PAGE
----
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Money Matters – Father’s Day: Eldercare

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Dad, Father, Elderly Father

(credit: AP Photo/Jacquelyn Martin)

420x316-grad-lee Dee Lee
Dee Lee is a Certified Financial Planner who received a diploma in...
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BOSTON (CBS) – With Father’s Day less than a week away this is a good time to continue the series we started around Mother’s Day on helping our elders.

According to a survey conducted by AARP and the National Alliance for Caregiving nearly one in four households are providing care to a relative or friend aged 50 or older ( over 22 million). The scariest thing about the survey is that they considered 50 old!

The survey suggests that today’s Baby Boomers, adults born between 1946 and 1964, will likely spend more years caring for a parent than for their children. That is hard if you have moved across country from your parents and are trying to provide long distance care.

Retirees are living longer and modern medicine is helping them do so. But living longer often means living a more limited lifestyle for as we age we also become frail and need more services to continue living on our own.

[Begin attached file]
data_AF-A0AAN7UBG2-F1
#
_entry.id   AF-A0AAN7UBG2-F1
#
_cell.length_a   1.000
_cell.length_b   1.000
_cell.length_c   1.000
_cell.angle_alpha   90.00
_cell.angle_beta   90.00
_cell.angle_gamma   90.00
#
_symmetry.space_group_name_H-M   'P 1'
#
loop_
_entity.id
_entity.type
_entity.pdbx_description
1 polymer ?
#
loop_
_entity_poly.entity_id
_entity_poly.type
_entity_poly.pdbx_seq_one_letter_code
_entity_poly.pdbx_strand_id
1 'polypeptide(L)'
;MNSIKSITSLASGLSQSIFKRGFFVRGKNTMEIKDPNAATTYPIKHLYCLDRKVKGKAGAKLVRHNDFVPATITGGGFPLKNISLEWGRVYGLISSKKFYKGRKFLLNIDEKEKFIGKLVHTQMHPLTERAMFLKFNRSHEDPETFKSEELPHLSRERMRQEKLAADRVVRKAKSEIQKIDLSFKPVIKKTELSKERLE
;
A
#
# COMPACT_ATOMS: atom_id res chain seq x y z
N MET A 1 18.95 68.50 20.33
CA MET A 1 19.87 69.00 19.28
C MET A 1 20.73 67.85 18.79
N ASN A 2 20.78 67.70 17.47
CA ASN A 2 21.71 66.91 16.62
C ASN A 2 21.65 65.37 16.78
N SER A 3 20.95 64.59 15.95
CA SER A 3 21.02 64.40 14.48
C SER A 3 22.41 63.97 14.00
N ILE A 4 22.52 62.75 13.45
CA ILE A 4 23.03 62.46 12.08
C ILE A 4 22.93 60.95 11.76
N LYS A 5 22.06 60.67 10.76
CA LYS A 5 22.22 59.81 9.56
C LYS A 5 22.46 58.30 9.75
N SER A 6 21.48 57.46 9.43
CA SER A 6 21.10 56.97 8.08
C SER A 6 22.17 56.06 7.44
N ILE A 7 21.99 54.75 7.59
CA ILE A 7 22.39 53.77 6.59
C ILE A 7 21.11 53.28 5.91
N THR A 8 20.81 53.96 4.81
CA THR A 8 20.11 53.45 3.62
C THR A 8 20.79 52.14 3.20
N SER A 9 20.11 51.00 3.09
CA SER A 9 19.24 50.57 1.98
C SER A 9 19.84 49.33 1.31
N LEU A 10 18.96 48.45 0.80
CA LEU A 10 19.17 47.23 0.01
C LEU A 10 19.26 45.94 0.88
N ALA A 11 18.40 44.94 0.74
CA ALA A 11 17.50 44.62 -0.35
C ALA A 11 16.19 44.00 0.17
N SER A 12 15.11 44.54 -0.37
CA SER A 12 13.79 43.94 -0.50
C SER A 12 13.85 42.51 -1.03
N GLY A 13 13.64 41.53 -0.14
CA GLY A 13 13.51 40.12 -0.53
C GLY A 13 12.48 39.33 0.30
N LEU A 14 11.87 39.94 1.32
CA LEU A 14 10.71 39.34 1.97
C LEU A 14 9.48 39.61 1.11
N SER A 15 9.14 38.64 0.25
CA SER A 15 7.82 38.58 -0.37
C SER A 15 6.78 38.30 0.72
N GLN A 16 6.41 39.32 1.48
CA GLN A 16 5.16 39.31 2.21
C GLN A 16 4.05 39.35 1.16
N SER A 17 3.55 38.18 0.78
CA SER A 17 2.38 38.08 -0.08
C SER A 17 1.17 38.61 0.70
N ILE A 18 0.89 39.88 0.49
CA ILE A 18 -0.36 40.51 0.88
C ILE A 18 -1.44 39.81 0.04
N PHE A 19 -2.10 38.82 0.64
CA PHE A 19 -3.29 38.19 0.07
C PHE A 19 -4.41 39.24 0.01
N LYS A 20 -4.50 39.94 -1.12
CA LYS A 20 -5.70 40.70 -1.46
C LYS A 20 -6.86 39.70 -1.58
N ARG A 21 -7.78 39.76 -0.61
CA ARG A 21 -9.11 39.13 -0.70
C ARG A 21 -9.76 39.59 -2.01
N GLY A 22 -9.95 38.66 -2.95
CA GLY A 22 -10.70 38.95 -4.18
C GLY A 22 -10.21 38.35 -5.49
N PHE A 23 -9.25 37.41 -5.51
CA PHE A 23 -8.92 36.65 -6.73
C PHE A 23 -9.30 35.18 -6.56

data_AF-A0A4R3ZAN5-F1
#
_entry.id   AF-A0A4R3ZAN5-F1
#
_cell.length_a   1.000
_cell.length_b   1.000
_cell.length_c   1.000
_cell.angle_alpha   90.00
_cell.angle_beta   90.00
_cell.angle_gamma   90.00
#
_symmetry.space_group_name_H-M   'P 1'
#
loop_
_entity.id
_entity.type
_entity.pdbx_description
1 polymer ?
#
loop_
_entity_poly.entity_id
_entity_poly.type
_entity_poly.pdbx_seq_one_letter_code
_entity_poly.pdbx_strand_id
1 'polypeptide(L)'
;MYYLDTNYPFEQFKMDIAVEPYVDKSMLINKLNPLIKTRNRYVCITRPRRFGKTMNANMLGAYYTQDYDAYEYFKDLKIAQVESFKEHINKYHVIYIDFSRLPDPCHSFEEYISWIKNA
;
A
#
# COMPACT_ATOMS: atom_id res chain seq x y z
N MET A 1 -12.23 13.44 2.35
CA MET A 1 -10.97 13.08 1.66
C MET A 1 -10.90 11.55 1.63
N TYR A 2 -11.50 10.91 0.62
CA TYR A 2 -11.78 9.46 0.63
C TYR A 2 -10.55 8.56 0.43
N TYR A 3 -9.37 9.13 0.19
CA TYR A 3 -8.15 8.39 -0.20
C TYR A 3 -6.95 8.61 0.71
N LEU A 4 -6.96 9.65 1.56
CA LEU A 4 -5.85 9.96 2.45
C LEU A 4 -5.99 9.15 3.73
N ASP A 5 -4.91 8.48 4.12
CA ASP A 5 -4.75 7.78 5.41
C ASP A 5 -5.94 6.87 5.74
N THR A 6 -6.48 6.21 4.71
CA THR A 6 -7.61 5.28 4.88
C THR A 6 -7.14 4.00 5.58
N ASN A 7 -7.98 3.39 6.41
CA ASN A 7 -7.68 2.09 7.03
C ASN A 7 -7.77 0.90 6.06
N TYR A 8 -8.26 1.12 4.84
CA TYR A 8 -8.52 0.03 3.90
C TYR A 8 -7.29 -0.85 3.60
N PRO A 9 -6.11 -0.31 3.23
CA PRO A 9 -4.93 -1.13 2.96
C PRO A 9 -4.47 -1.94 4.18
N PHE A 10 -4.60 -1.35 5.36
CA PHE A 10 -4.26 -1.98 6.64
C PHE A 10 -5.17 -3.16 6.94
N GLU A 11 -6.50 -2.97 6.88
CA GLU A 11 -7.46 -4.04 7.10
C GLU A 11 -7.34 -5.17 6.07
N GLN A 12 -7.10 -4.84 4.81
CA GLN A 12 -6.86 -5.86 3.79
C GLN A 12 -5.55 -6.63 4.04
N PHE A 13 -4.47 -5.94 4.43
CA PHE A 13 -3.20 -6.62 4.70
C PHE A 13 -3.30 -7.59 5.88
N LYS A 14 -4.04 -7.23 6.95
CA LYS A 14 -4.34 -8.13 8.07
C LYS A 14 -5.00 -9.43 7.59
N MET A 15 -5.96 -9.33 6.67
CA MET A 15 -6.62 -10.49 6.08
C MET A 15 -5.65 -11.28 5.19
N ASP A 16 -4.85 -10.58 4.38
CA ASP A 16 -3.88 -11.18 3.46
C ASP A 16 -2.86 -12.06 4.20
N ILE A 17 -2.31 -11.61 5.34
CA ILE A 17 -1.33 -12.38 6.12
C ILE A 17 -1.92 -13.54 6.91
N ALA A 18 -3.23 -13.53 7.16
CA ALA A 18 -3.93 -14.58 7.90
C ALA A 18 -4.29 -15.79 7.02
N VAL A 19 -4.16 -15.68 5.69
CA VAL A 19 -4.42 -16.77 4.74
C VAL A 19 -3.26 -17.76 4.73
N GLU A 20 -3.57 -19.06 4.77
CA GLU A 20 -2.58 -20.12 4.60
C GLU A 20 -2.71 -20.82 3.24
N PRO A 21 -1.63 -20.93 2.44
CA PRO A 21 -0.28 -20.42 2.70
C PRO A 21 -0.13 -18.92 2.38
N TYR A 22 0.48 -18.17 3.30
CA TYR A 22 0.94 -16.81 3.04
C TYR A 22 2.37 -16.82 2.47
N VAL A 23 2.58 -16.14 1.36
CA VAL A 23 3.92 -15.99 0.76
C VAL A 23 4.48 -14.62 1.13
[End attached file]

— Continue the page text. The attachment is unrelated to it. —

Individuals in their 40s and 50s are now caring for parents who are in their 70s and 80s. And usually it is the daughter or daughter-in-law who is the care giver. And this generation often had children later in life so indeed they are the “Sandwich Generation”. Their parents may need them to help pay the bills, grocery shop and drive them places  and their teenagers need them to pay the bills, keep them in groceries and chauffeur them around as well.

Help is just a phone call or a computer click away. Start with the Eldercare Locator to find assistance here in Massachusetts. The site lists information on services and programs in Massachusetts for elders. Their phone: 800-677-1116. And to find help anywhere in the country use their national website.

Another good resource would be the local Council on Aging where Dad lives. They are usually listed in the local phone book or contact town hall. See what they are offering for they may be able to coordinate meals or driving. If Dad is in Florida contact the National Council on Aging for help.

The Federal Trade Commission and AARP put together a booklet titled Aging/Parents & Adult Children Together, A/PACT. This is good stuff which covers everything from elder fraud to caring for the caregiver.

Other worthwhile sites: Administration on Aging and Alliance for Care Giving.

A book out there that might help the process, Caring for Your Parents: The Complete AARP Guide by Hugh Delehanty and Elinor Ginzler.

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